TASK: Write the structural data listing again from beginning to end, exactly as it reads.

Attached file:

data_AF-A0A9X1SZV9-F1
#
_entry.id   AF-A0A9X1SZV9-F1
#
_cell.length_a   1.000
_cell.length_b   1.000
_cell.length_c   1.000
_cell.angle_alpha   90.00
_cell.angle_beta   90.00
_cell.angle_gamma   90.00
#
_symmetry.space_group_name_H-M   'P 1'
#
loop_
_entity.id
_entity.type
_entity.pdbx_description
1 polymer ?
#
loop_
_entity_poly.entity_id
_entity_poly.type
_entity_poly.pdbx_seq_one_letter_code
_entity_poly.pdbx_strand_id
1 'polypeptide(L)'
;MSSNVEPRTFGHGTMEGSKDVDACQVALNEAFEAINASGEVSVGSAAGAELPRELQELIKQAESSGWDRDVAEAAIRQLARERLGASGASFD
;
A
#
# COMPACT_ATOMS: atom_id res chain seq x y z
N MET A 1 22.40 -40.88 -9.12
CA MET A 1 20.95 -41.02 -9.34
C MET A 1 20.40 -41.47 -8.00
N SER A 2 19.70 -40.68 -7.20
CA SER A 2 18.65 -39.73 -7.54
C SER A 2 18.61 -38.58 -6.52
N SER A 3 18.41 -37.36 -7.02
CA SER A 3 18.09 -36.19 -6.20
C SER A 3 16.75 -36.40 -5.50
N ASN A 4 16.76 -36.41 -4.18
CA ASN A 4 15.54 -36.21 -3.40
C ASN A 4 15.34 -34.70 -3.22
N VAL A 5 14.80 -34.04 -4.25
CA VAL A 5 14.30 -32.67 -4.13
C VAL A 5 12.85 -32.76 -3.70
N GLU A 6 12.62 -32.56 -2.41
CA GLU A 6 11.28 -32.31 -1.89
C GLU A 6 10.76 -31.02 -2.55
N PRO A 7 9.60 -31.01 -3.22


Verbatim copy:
data_AF-A0A9X1SZV9-F1
#
_entry.id   AF-A0A9X1SZV9-F1
#
_cell.length_a   1.000
_cell.length_b   1.000
_cell.length_c   1.000
_cell.angle_alpha   90.00
_cell.angle_beta   90.00
_cell.angle_gamma   90.00
#
_symmetry.space_group_name_H-M   'P 1'
#
loop_
_entity.id
_entity.type
_entity.pdbx_description
1 polymer ?
#
loop_
_entity_poly.entity_id
_entity_poly.type
_entity_poly.pdbx_seq_one_letter_code
_entity_poly.pdbx_strand_id
1 'polypeptide(L)'
;MSSNVEPRTFGHGTMEGSKDVDACQVALNEAFEAINASGEVSVGSAAGAELPRELQELIKQAESSGWDRDVAEAAIRQLARERLGASGASFD
;
A
#
# COMPACT_ATOMS: atom_id res chain seq x y z
N MET A 1 22.40 -40.88 -9.12
CA MET A 1 20.95 -41.02 -9.34
C MET A 1 20.40 -41.47 -8.00
N SER A 2 19.70 -40.68 -7.20
CA SER A 2 18.65 -39.73 -7.54
C SER A 2 18.61 -38.58 -6.52
N SER A 3 18.41 -37.36 -7.02
CA SER A 3 18.09 -36.19 -6.20
C SER A 3 16.75 -36.40 -5.50
N ASN A 4 16.76 -36.41 -4.18
CA ASN A 4 15.54 -36.21 -3.40
C ASN A 4 15.34 -34.70 -3.22
N VAL A 5 14.80 -34.04 -4.25
CA VAL A 5 14.30 -32.67 -4.13
C VAL A 5 12.85 -32.76 -3.70
N GLU A 6 12.62 -32.56 -2.41
CA GLU A 6 11.28 -32.31 -1.89
C GLU A 6 10.76 -31.02 -2.55
N PRO A 7 9.60 -31.01 -3.22